Charlie wrote every week. She read the letters to the kids. They loved listening to his adventures. He was happy even though his attempts to convince the Mormons that exotic dance could be done to the glory of God had so far proved unsuccessful. He sent CDs of hot Rocky Mountain Latino music for Ferguson.
It was good and genuine and not romantic.
Each letter made Amy feel wistful and regret that her life's lessons dovetailed so closely with self-denial. But she and Charlie had agreed before he left. No strings. Long distance relationships were too difficult. With his body, long distance fidelity would be near impossible - even in the land of Moroni.
Initially, he had disagreed. He believed they shouldn't second-guess the future - especially when they hadn't even seen if they were sexually compatible. Every man's relationship litmus test.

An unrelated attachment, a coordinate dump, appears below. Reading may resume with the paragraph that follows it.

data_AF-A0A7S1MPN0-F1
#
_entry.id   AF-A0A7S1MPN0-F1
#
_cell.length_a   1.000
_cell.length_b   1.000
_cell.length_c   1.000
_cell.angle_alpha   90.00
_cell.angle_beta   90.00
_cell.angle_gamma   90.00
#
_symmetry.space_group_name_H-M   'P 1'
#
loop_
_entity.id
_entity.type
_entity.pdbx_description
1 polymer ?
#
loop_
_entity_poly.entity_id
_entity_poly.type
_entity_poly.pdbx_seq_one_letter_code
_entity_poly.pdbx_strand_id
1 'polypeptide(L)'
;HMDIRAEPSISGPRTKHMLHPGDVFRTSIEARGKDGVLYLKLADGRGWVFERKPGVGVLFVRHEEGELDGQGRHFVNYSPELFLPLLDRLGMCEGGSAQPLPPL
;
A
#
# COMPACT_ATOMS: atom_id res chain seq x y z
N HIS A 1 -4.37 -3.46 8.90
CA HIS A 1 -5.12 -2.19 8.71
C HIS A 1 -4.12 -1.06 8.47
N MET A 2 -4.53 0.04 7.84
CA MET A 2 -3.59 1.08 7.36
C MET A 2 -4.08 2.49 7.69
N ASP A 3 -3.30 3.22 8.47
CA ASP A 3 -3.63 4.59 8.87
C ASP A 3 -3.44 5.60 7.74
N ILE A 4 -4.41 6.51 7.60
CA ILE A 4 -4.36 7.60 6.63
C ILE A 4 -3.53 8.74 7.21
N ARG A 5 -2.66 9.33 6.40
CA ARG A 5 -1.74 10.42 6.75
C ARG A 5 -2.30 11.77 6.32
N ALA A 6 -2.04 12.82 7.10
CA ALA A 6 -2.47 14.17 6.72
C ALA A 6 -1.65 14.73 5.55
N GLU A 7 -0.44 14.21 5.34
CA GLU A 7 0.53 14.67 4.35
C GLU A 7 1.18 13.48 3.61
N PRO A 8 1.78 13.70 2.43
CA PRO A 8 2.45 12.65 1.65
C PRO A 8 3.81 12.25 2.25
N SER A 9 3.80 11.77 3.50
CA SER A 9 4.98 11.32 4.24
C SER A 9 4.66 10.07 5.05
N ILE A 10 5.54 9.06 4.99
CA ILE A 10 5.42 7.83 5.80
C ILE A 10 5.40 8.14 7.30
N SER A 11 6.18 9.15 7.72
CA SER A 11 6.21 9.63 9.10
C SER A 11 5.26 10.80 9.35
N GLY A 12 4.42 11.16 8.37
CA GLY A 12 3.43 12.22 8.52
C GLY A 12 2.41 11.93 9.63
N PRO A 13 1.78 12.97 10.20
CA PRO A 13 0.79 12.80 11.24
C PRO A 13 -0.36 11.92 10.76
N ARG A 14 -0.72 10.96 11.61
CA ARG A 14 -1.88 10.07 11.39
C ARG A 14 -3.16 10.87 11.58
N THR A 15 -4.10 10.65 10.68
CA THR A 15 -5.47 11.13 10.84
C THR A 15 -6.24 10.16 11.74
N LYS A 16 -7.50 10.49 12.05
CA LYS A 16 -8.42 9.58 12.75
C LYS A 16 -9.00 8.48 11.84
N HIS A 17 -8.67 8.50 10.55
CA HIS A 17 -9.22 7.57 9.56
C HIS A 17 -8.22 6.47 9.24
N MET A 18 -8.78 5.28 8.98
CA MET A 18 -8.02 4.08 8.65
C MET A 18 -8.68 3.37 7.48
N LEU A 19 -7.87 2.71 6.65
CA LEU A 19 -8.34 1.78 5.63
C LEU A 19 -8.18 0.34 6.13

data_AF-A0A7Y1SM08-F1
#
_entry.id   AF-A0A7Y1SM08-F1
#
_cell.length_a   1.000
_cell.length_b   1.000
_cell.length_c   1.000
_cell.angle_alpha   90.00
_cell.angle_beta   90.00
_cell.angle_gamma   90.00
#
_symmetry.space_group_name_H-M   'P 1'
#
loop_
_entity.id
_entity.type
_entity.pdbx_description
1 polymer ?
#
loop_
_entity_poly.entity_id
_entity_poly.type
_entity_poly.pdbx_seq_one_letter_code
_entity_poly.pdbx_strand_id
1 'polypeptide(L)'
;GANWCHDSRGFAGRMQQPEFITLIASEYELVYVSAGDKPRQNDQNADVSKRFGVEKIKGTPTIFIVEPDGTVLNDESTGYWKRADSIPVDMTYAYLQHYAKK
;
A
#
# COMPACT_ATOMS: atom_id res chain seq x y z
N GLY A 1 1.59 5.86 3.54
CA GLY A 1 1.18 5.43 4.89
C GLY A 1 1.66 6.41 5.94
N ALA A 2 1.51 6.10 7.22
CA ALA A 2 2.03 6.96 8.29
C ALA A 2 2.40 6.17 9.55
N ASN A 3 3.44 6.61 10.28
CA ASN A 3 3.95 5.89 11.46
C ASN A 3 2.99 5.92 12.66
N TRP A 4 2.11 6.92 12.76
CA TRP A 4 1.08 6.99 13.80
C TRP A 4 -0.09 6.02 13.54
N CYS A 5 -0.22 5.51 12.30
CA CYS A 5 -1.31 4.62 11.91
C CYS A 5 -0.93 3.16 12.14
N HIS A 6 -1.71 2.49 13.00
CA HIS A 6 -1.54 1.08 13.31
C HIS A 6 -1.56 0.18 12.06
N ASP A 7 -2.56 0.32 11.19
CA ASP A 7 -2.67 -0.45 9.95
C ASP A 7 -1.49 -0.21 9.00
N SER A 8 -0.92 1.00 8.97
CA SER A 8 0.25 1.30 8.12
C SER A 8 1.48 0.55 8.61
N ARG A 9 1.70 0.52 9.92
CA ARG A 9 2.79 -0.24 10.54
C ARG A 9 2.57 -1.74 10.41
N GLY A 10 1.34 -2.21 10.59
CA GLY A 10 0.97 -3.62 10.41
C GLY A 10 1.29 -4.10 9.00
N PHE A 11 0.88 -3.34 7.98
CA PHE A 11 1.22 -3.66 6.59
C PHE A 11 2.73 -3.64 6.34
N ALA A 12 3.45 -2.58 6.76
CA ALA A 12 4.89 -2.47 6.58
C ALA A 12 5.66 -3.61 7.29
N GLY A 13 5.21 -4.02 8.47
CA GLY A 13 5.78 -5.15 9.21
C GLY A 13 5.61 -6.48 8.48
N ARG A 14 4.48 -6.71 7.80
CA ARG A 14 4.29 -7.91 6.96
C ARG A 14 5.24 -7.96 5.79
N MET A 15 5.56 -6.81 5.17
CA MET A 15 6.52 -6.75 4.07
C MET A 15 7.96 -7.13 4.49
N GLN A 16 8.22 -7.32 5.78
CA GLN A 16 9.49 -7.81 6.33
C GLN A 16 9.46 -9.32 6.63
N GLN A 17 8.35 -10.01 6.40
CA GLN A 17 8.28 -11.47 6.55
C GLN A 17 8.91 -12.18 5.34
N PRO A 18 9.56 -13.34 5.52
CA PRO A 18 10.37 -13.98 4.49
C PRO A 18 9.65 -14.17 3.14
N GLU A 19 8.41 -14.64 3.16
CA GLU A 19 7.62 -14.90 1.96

For her part, there were times when she was as randy as any man. And she had no doubts about their ability to mutual enjoy each other. That's what worried her. She didn't like the idea of starting something that they couldn't continue. He felt they needed to start to see if they wanted to continue, and then they could make it up as they went. She could see his point. But in the end, it was an intuition thing. She was right. She felt it, and she had to stay true to that.
And she did.
Except for the night before he left for Utah. But that was his fault. He offered to brush her hair with the stiff-bristled brush and they ended up in the shower naked together, ostensibly so he could use the coconut-kiwifruit de-tangling conditioner and follicle rejuvenator.
None of the kids woke up once.